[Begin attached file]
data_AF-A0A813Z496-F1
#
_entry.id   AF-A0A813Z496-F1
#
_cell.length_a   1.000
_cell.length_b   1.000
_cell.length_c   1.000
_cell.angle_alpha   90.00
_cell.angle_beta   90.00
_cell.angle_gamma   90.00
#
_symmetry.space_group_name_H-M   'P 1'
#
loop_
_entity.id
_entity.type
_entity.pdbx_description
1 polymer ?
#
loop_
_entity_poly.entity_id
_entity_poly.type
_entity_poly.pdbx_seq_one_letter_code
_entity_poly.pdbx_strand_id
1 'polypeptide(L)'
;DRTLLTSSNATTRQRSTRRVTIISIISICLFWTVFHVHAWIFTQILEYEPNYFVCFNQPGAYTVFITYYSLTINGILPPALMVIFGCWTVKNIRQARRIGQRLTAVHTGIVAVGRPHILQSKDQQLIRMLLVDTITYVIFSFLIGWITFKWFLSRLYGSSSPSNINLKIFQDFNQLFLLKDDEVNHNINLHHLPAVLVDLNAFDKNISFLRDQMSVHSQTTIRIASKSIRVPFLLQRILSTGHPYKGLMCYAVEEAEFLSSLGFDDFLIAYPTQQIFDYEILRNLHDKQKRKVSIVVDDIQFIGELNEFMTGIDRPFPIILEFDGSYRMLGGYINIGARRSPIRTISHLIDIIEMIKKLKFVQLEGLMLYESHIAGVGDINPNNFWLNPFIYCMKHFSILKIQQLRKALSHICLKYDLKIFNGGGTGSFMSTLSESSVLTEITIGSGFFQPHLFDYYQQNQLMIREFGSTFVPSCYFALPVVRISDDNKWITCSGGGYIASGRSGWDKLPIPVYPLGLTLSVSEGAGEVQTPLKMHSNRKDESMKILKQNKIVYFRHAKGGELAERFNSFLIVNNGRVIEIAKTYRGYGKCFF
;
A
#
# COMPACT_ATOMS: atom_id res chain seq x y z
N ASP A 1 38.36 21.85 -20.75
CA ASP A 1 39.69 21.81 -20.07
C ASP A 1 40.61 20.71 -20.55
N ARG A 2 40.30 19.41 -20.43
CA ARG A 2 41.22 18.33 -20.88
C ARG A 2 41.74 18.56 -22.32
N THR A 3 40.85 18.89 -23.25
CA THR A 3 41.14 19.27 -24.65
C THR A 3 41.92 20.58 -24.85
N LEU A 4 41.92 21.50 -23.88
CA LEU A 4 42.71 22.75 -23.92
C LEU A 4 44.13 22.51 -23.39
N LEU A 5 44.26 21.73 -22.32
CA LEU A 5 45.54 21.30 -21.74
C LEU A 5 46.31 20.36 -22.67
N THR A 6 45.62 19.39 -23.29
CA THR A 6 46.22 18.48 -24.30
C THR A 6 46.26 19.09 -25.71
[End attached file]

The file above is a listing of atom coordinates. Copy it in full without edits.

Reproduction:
data_AF-A0A813Z496-F1
#
_entry.id   AF-A0A813Z496-F1
#
_cell.length_a   1.000
_cell.length_b   1.000
_cell.length_c   1.000
_cell.angle_alpha   90.00
_cell.angle_beta   90.00
_cell.angle_gamma   90.00
#
_symmetry.space_group_name_H-M   'P 1'
#
loop_
_entity.id
_entity.type
_entity.pdbx_description
1 polymer ?
#
loop_
_entity_poly.entity_id
_entity_poly.type
_entity_poly.pdbx_seq_one_letter_code
_entity_poly.pdbx_strand_id
1 'polypeptide(L)'
;DRTLLTSSNATTRQRSTRRVTIISIISICLFWTVFHVHAWIFTQILEYEPNYFVCFNQPGAYTVFITYYSLTINGILPPALMVIFGCWTVKNIRQARRIGQRLTAVHTGIVAVGRPHILQSKDQQLIRMLLVDTITYVIFSFLIGWITFKWFLSRLYGSSSPSNINLKIFQDFNQLFLLKDDEVNHNINLHHLPAVLVDLNAFDKNISFLRDQMSVHSQTTIRIASKSIRVPFLLQRILSTGHPYKGLMCYAVEEAEFLSSLGFDDFLIAYPTQQIFDYEILRNLHDKQKRKVSIVVDDIQFIGELNEFMTGIDRPFPIILEFDGSYRMLGGYINIGARRSPIRTISHLIDIIEMIKKLKFVQLEGLMLYESHIAGVGDINPNNFWLNPFIYCMKHFSILKIQQLRKALSHICLKYDLKIFNGGGTGSFMSTLSESSVLTEITIGSGFFQPHLFDYYQQNQLMIREFGSTFVPSCYFALPVVRISDDNKWITCSGGGYIASGRSGWDKLPIPVYPLGLTLSVSEGAGEVQTPLKMHSNRKDESMKILKQNKIVYFRHAKGGELAERFNSFLIVNNGRVIEIAKTYRGYGKCFF
;
A
#
# COMPACT_ATOMS: atom_id res chain seq x y z
N ASP A 1 38.36 21.85 -20.75
CA ASP A 1 39.69 21.81 -20.07
C ASP A 1 40.61 20.71 -20.55
N ARG A 2 40.30 19.41 -20.43
CA ARG A 2 41.22 18.33 -20.88
C ARG A 2 41.74 18.56 -22.32
N THR A 3 40.85 18.89 -23.25
CA THR A 3 41.14 19.27 -24.65
C THR A 3 41.92 20.58 -24.85
N LEU A 4 41.92 21.50 -23.88
CA LEU A 4 42.71 22.75 -23.92
C LEU A 4 44.13 22.51 -23.39
N LEU A 5 44.26 21.73 -22.32
CA LEU A 5 45.54 21.30 -21.74
C LEU A 5 46.31 20.36 -22.67
N THR A 6 45.62 19.39 -23.29
CA THR A 6 46.22 18.48 -24.30
C THR A 6 46.26 19.09 -25.71